Thursday, January 06, 2011

A Journey to the Ancient Church (part 1 of 4)

I found this four part youtube video and was very blessed watching it. It chronicles one group's journey to Holy Orthodoxy. Although their journey is unique--every journey is unique--it has elements that are similar to my journey and I think the journeys of all who have come to Holy Orthodoxy as adults. I recommend that you share these videos with anyone you know who is inquiring into the ancient Christian faith. After you watch the first part, you will see part 2 of 4, then 3 of 4, etc.




4 comments:

Christopher said...

Moving. I have to admit the sin of envy because while my journey to Orthodoxy had similar elements I have to admit these 14 years now after becoming Orthodox have been anything but a trial. Having lived in 4 cities and been a part of 6 parishes since becoming Orthodox, all had deep and abiding problems save one. Myself and my family have had several what I call "Ethnic encounters of the third kind" that are inexcusable. All these parishes (save the one) have not been real "communities" (trying to stick with the true sense of the term) at all.

All of this is due to sin of course and we had our part in it as well. However, I never experienced the same sorts of problems as an Episcopalian - just a different set such as the apostasy of faith (no small matter of course). Now that I have a little daughter I admit I fear for her formation. I even admit that with the benefit of hindsight I might have decided to remain an Episcopalian and hold out for the "continuing" Anglican movement which is starting to gain real traction now.

Even this group had it's problems. The California church had a famous row with Met. Phillip and tried to switch jurisdictions if my memory serves. I understand they lost quite a few converts in that incident.

I have always found it instructive that all the jurisdictions are “fill-in-the-blank Orthodox Church IN America”, and not “OF” America.

I of course understand the purpose of this video, but let know one doubt it is just one side of a multifaceted story...

Fr. Michael said...

Dear Christopher,
You are right, and I believe Fr. John alludes to this too, there are lots of struggles within the Orthodox Church. In my own experience, after an almost idillic journey into the Church, after a brief honeymoon period, I experienced the worse church conflict in my life. The damage of that terrible period is still healing (almost 15 years later).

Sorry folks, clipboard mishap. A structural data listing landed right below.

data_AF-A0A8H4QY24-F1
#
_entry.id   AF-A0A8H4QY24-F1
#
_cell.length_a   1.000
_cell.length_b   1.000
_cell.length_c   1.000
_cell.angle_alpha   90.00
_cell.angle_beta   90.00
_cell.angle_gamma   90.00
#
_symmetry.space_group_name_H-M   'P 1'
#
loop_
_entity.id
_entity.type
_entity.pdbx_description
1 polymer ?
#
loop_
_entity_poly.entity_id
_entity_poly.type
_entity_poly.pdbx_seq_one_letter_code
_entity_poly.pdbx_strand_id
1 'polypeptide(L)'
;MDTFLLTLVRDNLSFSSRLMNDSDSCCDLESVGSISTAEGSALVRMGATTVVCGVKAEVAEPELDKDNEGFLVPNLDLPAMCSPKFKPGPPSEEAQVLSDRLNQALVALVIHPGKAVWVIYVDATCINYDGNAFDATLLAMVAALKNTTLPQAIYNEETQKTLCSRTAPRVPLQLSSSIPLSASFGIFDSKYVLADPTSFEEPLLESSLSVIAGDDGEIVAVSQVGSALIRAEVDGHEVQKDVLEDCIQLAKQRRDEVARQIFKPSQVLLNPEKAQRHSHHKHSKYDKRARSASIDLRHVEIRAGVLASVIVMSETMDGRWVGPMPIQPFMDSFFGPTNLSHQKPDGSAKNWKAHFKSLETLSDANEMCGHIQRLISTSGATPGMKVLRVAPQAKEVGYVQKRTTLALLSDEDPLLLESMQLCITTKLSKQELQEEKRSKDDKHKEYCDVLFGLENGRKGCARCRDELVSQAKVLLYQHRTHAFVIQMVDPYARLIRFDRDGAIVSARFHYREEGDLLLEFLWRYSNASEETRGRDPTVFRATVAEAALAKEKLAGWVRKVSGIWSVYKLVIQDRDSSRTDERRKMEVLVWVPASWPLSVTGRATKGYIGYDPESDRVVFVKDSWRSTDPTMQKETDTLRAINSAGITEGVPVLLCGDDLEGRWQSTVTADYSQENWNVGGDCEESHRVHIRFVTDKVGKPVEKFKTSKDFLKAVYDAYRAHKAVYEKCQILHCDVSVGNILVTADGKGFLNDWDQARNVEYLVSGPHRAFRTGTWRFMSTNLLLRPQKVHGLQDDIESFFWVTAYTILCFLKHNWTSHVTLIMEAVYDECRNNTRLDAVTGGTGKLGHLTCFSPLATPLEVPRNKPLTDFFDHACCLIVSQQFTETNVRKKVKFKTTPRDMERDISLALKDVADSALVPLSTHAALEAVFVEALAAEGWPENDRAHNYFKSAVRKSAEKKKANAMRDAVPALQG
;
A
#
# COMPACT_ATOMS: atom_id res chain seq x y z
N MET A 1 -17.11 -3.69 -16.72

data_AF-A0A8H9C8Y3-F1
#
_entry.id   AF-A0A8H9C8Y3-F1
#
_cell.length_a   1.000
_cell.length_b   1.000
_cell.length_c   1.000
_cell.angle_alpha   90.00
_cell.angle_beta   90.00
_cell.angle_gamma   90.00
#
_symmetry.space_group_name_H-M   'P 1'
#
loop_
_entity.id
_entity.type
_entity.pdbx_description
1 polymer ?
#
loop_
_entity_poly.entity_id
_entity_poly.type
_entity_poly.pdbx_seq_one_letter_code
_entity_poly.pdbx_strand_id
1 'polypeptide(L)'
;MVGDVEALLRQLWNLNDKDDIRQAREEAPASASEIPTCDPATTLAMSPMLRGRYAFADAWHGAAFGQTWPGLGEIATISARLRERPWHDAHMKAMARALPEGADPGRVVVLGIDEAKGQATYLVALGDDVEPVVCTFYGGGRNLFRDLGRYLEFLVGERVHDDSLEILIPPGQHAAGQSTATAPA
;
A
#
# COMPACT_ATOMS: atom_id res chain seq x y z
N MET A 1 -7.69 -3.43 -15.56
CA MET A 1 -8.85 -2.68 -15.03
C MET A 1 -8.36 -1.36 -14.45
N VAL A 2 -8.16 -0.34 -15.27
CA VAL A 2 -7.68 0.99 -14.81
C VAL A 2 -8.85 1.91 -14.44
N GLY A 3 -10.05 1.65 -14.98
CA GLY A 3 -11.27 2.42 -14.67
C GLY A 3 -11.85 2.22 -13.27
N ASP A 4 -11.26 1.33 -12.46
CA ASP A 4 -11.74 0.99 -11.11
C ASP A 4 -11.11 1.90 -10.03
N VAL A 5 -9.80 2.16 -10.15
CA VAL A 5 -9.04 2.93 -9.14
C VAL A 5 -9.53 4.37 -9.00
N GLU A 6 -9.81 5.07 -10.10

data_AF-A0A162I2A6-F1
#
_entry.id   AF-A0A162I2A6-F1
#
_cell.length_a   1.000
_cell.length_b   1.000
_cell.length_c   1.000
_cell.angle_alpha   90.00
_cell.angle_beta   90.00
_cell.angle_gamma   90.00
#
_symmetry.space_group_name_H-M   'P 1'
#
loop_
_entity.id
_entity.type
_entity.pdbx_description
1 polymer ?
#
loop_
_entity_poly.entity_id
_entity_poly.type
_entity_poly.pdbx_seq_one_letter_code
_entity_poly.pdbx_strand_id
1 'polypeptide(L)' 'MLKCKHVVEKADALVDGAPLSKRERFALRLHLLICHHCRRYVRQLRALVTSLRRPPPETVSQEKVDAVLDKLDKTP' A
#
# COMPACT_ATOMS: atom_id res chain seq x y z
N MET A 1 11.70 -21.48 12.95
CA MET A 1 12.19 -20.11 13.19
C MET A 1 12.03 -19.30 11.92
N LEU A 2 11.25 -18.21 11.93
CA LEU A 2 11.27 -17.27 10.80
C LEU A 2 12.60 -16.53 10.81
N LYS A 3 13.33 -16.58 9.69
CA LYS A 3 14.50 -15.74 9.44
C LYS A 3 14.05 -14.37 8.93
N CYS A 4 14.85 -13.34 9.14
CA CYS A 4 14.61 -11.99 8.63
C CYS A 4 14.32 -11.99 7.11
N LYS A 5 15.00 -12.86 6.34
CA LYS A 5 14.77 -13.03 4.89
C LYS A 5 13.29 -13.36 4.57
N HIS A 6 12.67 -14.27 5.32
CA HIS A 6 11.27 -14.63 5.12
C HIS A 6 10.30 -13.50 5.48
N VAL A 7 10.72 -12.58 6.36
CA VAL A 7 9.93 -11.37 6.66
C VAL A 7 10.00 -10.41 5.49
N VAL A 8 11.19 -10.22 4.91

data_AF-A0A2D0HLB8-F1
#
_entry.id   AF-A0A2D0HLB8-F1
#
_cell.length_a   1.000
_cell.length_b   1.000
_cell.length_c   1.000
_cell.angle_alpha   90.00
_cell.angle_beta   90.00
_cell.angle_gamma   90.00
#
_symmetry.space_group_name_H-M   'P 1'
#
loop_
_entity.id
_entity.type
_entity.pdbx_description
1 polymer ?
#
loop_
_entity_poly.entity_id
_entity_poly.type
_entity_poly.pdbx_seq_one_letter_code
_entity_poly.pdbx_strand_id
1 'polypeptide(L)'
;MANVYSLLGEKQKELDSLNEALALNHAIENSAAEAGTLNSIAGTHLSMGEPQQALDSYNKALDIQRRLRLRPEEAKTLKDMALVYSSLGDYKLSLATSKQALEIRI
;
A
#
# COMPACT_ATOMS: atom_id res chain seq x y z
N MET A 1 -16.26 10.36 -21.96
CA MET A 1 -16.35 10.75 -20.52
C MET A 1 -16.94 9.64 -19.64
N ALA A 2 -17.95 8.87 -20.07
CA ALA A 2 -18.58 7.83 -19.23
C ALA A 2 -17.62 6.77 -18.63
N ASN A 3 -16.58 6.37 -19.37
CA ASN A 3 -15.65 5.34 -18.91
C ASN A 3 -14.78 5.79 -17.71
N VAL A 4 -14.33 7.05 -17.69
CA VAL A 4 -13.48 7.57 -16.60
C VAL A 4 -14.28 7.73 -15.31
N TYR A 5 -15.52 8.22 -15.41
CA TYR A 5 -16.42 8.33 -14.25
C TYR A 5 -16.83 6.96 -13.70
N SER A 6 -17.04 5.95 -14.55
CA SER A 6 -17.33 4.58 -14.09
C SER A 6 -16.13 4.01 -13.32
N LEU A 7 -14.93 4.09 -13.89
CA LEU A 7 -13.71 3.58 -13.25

However, as one convert priest said reflecting on his own struggles, "It's kind of like Noah's Ark. It's loud, messy, and crowded with creatures I'd rather not hang out with; but it sure beats the death outside.
And a further point I'd like to make. Community is what you make it. Over the last year or so I have been corresponding with a young mother whose family moved to a new area of the country where the nearest church is culturally very different from what she is used to. The church they want to go to is a two hour drive away. The local church is very uncomfortable for them. The people seem strange and the priest alienates them.
What should she do?
Here is what she has done. After getting over the initial shock, this mother of toddlers decided that this is her church whether she feels welcomed or comfortable or not. She began attending regularly. She took the initiative to go up to people who seem aloof and introduce herself and talk to them--again and again, whether they seem friendly or not. She began inviting people over for dinner (and there were some real duds). She began to sing in the choir.
Guess what’s happening? Slowly, slowly, she is starting to make friends, to develop community. She still doesn’t care much for the priest (she drives two hours every now and then for confession). She still thinks most of the people are strange--although she is starting to meet and develop relationships with some who not so strange as they first appeared.
Bottom line: community happens when you make it happen.

Fr. Stephen Lourie said...

Interesting comment.
The honeymoon is over.
Church would be great without people kinda thing.

Yet it has always been so, as Church History attests, indeed, even the N.T.

As to names of jurisdictions.
They all seem screwed up to me.

There is no Greek Orthodox Church. What is there? The Orthodox Church of (or in) Greece.

There is no Russian Orthodox Church, but the Orthodox Church of/in Russia.

The Orthodox Church is independent of any ethnic clarification, or should be.

We are not "of" America as a Church.
All the names should be changed.
In the N.T. we had the Church of/in Corinth, Laodicea, etc.
It isn't the Corinthian Orthodox Church of Asia Minor.?
Too arcane?

Little Macrina said...

Fr. Michael I have to agree with you. Some know the church I attend and some may even read your blog and may come across this post, but that's ok. My struggle to feel a 'part' of my community has been publically known, debated, and has become my own inner struggle. I have had to fight against my own comfort zone to make a place for my husband and I, extending welcomes far and wide. It's almost like fishing - it takes a great deal of patience and perseverance, but it is not without it's reward. Eventually someting will catch. At times the catch is small, and sometimes it's unbelievably large. But it takes work - lots of it - and I would be cautious of a community in which I felt 'too' sheltered or welcomed. Sin is everywhere humans are, whether as individuals or communities.